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Crossing the Line
A single cold tear made a slow track down the pale cheek of Fire Lord Zuko.
Dead. The absence of life. Deceased. Bereft of sensation. No matter how it was said it all meant the same thing, dead.
They had lost another one.
He stifled a sob as the reality crashed over him in waves. Dead. He hated the word with every fiber of his being. It surrounded him wherever he went. He couldn't escape it. It was his world now and everybody knew it.
His heart ached as he watched the child sized coffin be placed atop the pyre. A flutter of white silk robes, whipped about by the wind, dragged Zuko's attention over to his wife. Mai's hand gripped her father's arm in a vice like grip and she sagged against him trying to constrain her own agony. Her skin was deathly pale and the constant onslaught of grief had made her so thin he was sure it couldn't be healthy. His eyes only stayed on her briefly. He wished he knew what to say to her, how to comfort her but words had been lost between them some time ago.
They buried their third son today.
Mai had given him a total of five children and yet Kami had seen fit to take them all away. Every healer in the nation had visited her. Every one of them had said the same thing. They next child would survive, they were sure of it. But they had been wrong, over and over again.
Their first child, a daughter, had been stillborn. They had mourned together but had vowed to try again. Their second child had been a son. The entire fire nation had rejoiced at his birth. Sadly, he had died just short of six months of life. This loss had put the first cracks in their marriage. He hadn't known what to say to her and apparently the sight of him had been too painful for her for some weeks. When finally she fell pregnant for the third time the nation had waited in silence for the verdict. She suffered a miscarriage. Servants shuddered to remember the day she ran sobbing through the halls and threw herself before the statue of Kami and begged to know why, why she couldn't give her husband a living heir. His advisors had begun to whisper their doubts but he refuse to listen, refused to give up on her. Attempting to salvage what was left of their happiness they had tried again. Their second son had died in his arms only two weeks after birth and their final had been stillborn.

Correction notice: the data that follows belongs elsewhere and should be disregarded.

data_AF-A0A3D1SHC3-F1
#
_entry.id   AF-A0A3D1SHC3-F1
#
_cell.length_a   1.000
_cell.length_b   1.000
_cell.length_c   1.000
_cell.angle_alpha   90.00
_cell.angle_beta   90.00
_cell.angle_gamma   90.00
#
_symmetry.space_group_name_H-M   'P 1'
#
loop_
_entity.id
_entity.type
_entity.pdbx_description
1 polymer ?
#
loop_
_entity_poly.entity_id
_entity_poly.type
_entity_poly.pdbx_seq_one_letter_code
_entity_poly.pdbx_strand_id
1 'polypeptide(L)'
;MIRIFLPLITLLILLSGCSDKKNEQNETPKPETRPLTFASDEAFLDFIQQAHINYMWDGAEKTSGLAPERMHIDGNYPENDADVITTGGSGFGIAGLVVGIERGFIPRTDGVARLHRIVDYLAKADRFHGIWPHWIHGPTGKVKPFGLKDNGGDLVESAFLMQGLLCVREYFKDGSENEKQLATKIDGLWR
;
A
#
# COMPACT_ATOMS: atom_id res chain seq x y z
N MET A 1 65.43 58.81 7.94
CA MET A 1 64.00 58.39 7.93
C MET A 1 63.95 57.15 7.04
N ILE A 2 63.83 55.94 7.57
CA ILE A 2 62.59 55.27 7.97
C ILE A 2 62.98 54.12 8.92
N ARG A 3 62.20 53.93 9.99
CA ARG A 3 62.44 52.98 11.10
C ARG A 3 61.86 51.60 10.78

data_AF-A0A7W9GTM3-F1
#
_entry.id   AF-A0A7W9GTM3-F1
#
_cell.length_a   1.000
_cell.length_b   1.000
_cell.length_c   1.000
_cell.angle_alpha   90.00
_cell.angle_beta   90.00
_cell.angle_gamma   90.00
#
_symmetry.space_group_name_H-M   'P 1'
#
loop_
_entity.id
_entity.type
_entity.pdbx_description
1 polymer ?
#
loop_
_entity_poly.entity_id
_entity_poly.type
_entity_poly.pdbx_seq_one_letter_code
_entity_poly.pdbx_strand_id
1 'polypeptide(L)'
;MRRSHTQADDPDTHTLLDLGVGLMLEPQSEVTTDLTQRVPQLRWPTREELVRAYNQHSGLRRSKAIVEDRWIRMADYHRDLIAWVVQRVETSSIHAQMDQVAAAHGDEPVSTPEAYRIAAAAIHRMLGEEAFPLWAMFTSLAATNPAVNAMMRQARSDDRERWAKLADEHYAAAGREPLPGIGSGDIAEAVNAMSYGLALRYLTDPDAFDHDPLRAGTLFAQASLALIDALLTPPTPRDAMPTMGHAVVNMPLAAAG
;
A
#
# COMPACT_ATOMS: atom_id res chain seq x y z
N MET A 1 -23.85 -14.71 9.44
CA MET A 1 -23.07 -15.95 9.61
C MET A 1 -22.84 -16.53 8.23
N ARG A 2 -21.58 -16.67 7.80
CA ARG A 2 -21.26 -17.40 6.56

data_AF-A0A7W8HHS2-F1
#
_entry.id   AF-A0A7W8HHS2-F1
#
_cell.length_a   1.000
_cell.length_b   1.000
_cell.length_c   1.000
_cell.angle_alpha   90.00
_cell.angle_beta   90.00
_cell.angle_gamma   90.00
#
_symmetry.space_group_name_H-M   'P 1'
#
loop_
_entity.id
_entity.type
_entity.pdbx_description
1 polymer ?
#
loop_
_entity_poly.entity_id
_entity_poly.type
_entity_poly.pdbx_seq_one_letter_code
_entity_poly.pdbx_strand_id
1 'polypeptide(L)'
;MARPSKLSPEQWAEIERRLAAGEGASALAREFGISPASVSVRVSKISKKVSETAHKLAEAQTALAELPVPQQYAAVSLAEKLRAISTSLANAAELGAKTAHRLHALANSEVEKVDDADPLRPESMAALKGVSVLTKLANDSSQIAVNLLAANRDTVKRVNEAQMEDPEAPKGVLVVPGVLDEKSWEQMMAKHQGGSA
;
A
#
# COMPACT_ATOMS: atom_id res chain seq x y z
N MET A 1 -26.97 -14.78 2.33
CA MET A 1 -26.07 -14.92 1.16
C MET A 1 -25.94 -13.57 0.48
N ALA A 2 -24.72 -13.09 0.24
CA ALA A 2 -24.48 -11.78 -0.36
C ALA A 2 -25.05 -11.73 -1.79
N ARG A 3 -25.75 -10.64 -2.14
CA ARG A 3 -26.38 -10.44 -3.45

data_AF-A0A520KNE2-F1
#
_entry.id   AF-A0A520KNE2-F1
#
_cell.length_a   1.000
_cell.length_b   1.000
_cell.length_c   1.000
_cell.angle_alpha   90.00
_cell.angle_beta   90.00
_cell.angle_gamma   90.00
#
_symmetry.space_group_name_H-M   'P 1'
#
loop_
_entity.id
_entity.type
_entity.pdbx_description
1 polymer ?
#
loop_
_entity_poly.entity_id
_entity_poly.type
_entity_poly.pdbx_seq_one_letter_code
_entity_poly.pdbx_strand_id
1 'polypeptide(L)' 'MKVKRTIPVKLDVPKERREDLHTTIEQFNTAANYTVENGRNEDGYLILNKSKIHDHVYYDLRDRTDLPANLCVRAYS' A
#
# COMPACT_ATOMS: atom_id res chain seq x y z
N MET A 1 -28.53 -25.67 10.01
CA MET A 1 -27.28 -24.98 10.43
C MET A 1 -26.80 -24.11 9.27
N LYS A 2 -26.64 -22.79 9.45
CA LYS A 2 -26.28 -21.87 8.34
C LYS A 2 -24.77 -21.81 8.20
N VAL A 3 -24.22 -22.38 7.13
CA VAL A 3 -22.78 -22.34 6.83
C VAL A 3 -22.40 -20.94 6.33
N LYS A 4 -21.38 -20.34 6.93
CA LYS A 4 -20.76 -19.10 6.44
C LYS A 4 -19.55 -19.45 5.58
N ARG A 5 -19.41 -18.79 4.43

His advisors begged him to take another wife and he refused them repeatedly. She was shamed enough; he would not dishonor her with abandonment. Her shoulders shook and the tears leaked down her cheeks but her face was a beautiful mask. Only he and her chambermaids knew of the dark circles, hidden by layers of fine white powder, that shadowed her eyes. The fire had long since died from her eyes and he could hardly remember what her smile looked like. The exhaustion and despair were beginning to chip away at her strength and he could see her façade cracking more and more with each day but there was nothing he could do for her. They didn't speak, she wouldn't look at him, he didn't know how to make things right with her. They were lost to each other. The cold, emotionless person she had always shown to the world was the person taking over at all times. Her humanity faded more with each day and she became more of a moving statue, a presence, rather than a person.
They had been happy once but the continual loss had driven such a wedge between them, he feared it would never be repaired. He prayed daily for the answer. He needed an heir. He had too much respect for his wife to leave her. His people looked to him for an answer. An answer he just didn't have. How could he think of the future when his heart was breaking now? How could he try again when the result was always the same? Why did Kami see fit to torture him so? Was this retribution for all his past mistakes? How did he make things right?
The prayers had been said and the final blessings spoken. He stared into the flames that leapt to the pyre and began to lick at his son's coffin. He saw Mai's shoulders tremble as the coffin was consumed in flames. His hand twitched and his eyes drifted down to stare at it. It was habit to want to reach out to her, to want to comfort her, but what good would it do. She'd only push him further away.